The 2005 election has been the most significant in decades. Taxation has become a defining issue and should remain so. The prosperity as well as the decline of nations has nearly always been related to taxation.

How a government taxes its people is a primary moral issue with profound social consequences. It influences how people behave and the choices they make.

Tax has become a prevailing issue for Helen Clark in New Zealand and Angela Merkel in Germany. The connection between the two countries is compelling. Clark has followed the European model of Social Democracy led by Gerhard Schroeder. Merkel's liberal economic policies and more conservative understanding of European culture is resembled more closely by the National Party.

Arguments around the value of a flat tax (Will Hutton, Herald, September 20) lie in the confusion over social justice or equity with justice. It is this confusion that lies at the heart of the present conflict between Angela Merkel, Gerhard Schroeder and the German people. And, indeed, in the present debate here.

One famous Scotsman, Adam Smith, said taxes paid to the state should be in proportion to the revenue citizens enjoy under the protection of the state. A famous Irishman, Edmund Burke, was a little more poetic, "To tax and to please, no more than to love and be with, is not given to men."

Tax is about justice and human nature before it is about wealth redistribution.

In Germany and New Zealand there is an appetite for change. But there is also a suspicion in both countries of any tax policy that looks like it will erode the prevailing ideology of social democracy which remains pervasive in both nations.

In spite of what Hutton says, a flat tax is not a new economic idea seized by that bete noir of the left, the US neocon. And neither are the British Tories nor Germany's new Chancellor Merkel "batty" for considering it. A flat income tax is a just and aesthetically proportional tax. It is not symptomatic of "a feeding frenzy of the rich".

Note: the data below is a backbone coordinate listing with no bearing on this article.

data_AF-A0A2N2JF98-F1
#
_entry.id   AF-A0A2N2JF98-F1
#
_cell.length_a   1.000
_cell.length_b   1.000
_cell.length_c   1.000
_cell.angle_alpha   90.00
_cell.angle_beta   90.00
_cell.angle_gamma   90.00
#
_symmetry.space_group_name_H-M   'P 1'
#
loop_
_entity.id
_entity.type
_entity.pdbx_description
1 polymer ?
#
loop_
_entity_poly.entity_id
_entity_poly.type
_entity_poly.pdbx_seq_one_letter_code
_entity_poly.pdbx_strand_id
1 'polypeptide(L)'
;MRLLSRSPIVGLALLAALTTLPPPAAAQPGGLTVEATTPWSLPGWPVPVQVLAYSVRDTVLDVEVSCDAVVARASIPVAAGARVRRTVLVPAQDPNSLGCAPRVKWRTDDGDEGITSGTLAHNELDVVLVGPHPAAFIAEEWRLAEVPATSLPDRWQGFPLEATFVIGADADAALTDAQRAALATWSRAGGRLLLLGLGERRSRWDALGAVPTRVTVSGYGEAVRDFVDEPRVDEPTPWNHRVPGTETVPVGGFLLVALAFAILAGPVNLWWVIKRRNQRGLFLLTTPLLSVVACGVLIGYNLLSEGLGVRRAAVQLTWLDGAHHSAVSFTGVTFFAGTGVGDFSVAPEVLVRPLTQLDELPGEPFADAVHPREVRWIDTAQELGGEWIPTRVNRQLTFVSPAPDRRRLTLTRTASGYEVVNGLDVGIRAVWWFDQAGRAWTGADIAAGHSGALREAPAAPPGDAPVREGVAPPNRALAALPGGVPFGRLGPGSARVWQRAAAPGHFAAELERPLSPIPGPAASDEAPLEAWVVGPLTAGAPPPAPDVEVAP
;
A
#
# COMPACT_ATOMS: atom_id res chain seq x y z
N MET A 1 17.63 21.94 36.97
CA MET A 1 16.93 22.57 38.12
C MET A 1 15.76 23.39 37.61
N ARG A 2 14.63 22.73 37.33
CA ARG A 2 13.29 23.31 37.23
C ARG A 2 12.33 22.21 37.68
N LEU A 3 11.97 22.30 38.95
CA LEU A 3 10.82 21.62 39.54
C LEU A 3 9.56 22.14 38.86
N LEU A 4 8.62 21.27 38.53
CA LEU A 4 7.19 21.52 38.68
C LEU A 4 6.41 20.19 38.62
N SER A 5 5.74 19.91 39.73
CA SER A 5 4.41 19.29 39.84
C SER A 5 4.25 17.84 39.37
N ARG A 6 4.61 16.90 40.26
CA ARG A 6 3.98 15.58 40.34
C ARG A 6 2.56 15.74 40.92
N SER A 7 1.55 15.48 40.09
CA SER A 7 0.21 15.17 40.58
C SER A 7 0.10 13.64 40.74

But Hutton is right on one thing: you can't be wrong all the time; "economic nonsense will out, society does matter, and the rich do have obligations". He is right, but for the wrong reasons.

Social justice is vaguely associated with compassion and that vagueness seems indispensable. But as soon as we try to define social justice we run into embarrassing intellectual problems. It is really an instrument of ideological intimidation in order to gain the power of legal coercion. Consequently it underpins much of our thinking about taxation.

The fuzziness around social justice and its connection to taxation is what creates suspicion of the justice implicit in a flat tax. The mantle of justice is frequently applied to a social or political system of wealth redistribution which looks like compassion in action, when really the focus is not on virtue but on power.

The real battle is about the relationship between the individual and the state. More tax, bigger state, more bureaucracy, more law and less freedom. It is this captive mindset that makes people timid when confronted with greater personal responsibility.

The concepts of social justice and personal responsibility do not sit well together. It is this tension that arouses suspicion in any consideration of a flat tax. But the responsibility of individuals is the cement for the principle of ordered association so essential in a democracy.

The proponents of social justice who typically oppose flatter income-tax structures, often presuppose that people are guided by specific external directions rather than internalised personal rules of conduct. No individual can be held responsible.

It is the function of "social justice" to blame the system, to blame the oppressors who must be controlled by a new benign and inclusive state. In a command economy individuals are told what to do, so it is always possible to blame those in charge and hold them responsible.

Nothing will destroy an ordered society more, and erode the responsibility for others that each citizen should have, than a government that becomes monolithic in order to supply all our needs, when these can only be provided by the common effort of many and their wealth.

Until tax is examined in terms of justice, and not fuzzy social justice, such order remains fragile.

* Bruce Logan is director of the Maxim Institute.